At the prompting of Patti Digh (and life, and timing, and the universe), I'm doing one thing every day for 37 Days, and sharing that journey here. You can read about what I'm doing in this post.

And then the day came,
when the risk

to remain tight

in a bud

was more painful

than the risk

it took

to Blossom
~ Anais Nin

Resistance, resistance, struggling - but I just don't feel like writing. I'm tired of being on the computer! It's boring, anyway. No one cares. Do you think anyone cares?

I'm coming to find, it's less about the revealing of me, and more about the clever ways I can continue to remain hidden.

Because if I stay hidden, then I can stay safe. I can remain in my bubble, and not be touched by others - because, ultimately, connection with others leads to pain. Why would I want that?

That belief: "Connection to others means pain" was revealed to me during some intense coaching I experienced last summer. Since last summer, after being thrown for a loop and acting out in old ways - spending money I didn't really have, allowing the house to get ever messier - I kind of unplugged from connection.

I'd come out every now and then, but overall, I've stayed deep within. Stayed home more, asked for help less (with getting rides and things).

It's been an exercise in deep connection with the boys, because I can even keep myself "safe" from connection with them, too: staying on the computer when they're speaking to me, not making eye contact, thinking of a million different things rather than BEing with them when we're together.

That was the first thing I noticed, how I can still hide from them. So, the first thing I started changing. It's like a spiral, I've mostly been connected with them - but this is on an even deeper, more honest level. It's like - running toward them, connect, run away, run toward, connect even deeper. Since that session that kicked my ass last year? Lots of running, some connection. So, over the past few weeks, I've really been focusing on being present with them. Making what they're asking for a priority, whether it's a sandwich or snuggle time or a book or to share a youtube video.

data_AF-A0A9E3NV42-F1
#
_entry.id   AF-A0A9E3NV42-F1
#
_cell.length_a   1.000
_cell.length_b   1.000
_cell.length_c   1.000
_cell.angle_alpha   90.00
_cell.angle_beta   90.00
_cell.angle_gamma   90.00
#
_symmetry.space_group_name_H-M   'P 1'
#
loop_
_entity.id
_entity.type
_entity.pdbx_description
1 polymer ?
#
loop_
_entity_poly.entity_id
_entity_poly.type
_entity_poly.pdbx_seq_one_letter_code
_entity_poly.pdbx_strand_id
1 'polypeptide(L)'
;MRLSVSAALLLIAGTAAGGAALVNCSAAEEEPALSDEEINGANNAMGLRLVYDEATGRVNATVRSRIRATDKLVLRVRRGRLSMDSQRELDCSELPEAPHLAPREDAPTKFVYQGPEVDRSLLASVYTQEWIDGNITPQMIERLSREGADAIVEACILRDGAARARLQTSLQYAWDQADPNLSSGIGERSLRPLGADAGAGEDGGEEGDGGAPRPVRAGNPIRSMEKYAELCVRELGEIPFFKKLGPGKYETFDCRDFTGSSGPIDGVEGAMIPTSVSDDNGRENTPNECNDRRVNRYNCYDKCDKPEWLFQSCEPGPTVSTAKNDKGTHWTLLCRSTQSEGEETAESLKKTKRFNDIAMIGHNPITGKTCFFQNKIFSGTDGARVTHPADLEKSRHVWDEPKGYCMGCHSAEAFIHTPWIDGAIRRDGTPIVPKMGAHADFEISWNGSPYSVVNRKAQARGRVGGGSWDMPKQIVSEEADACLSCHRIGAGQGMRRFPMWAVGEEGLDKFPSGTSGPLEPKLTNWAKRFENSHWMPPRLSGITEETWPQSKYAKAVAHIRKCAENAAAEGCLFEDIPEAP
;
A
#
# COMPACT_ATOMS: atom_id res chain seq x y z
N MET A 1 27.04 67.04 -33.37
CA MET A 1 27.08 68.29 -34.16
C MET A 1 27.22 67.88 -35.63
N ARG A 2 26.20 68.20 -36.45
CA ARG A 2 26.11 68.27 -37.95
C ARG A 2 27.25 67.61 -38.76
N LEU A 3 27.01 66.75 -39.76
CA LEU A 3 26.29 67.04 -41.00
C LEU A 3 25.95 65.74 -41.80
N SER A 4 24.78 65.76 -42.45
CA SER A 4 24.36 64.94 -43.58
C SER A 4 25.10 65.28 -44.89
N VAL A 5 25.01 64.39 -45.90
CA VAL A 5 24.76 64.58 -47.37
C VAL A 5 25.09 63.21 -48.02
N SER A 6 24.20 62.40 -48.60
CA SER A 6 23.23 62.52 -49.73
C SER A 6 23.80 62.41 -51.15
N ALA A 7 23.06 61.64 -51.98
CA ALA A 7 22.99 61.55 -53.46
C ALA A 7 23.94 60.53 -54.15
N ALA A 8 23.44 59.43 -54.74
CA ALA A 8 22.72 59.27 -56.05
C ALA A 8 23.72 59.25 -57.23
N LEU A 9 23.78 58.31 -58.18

It feels thrilling, this deeper presence. What strikes me most is, I'm Safe. It's OK. It's really OK, and better than OK.

It's how we were meant to live, and how I so rarely remember that.

I'm afraid something happened when I was little to make that belief - connection = pain - be what has dictated my choices, without my even knowing that. I am afraid if I open more, connect more, I'll reconnect with that initial pain.

I have to remember that even if I do, I'm safe now. I'm OK now. I'm 43, a grown-up, with a grown-up's power and choices in the world. Not only can I keep myself safe, I can keep my little self safe, too.

Pema Chodron has said, 'Typically what happens when we experience pain is that our habit of avoiding pain gets stronger, or the pain gives birth to other sorrow-producing habits based on the fiction that there's something wrong. But when you taste experience fully... the doorway opens into what I would call "a timeless now."'

She means - feel it. Feel the pain. Stop creating distractions from it.

So, I'll keep writing, even if it's stupid or boring. I'll be gentle with myself. I'll love those around me.

I'll keep blossoming, into the timeless now.


Ronnie said...

"...even if it's stupid or boring."

Hmm. Maybe you can start by being more gentle with yourself in your own writing. Your posts are never either of those.

dharmamama said...

Ronnie -

You made me cry! I hadn't even seen that - see how insidious those voices are?

Thank you. Thank you.

Anonymous said...

I love the thought of a "timeless now." Thanks for sharing this. I so appreciate it . . .

kelli said...

Your writing is wonderful :)

carri said...

Caren, this post is beautiful and inspiring.

BOSSY said...

People get tired of being on the computer? Gulp.

Carolynn said...

Excellent job of putting yourself out there and connecting. :o)

It's risky, this business of being authentic and loving and trusting. It's also, I've come to believe, the only way to actually Live.

The best thing I ever read on this topic was in David Schnarch's book Passionate Marriage. I ran and got the book, but am unable to find the direct quote right now. In essence, he points out that the fundamental key in trust is not about trusting the other guy not to hurt you, but to trust yourself and know that no matter what happens, you will be able to handle it.